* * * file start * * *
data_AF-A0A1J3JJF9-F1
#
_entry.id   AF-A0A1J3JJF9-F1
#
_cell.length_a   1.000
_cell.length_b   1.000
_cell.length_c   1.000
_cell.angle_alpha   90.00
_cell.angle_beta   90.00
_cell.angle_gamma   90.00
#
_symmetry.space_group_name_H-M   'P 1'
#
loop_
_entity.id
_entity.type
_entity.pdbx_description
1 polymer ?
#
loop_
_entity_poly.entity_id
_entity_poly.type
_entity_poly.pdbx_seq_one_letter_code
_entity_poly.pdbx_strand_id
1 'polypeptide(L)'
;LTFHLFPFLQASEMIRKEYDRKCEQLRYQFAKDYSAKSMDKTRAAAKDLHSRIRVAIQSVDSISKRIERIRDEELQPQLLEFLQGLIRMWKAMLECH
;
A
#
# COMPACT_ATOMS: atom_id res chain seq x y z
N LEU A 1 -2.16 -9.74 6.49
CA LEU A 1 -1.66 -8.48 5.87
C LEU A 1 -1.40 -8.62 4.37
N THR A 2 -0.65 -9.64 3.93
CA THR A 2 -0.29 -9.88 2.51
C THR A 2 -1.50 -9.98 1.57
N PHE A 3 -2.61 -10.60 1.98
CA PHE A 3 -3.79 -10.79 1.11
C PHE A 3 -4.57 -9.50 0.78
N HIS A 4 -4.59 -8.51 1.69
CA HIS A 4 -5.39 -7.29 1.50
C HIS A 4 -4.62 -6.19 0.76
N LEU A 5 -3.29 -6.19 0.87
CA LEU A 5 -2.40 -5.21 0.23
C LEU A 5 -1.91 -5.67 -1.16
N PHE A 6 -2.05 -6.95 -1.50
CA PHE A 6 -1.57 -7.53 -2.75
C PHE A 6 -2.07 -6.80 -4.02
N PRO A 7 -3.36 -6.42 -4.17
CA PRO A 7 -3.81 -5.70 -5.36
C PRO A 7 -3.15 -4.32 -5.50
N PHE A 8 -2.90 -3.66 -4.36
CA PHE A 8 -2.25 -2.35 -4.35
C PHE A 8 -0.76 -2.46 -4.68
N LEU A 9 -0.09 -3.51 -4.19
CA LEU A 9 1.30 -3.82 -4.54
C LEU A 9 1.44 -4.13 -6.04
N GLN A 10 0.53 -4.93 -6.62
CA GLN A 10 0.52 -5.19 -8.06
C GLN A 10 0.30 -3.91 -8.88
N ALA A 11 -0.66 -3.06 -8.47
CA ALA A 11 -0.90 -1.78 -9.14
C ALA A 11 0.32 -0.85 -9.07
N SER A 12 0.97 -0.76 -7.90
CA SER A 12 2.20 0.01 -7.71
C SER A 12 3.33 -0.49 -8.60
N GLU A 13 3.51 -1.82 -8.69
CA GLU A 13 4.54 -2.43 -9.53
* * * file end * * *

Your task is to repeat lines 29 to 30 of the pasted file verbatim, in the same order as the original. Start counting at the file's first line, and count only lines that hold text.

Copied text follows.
#
# COMPACT_ATOMS: atom_id res chain seq x y z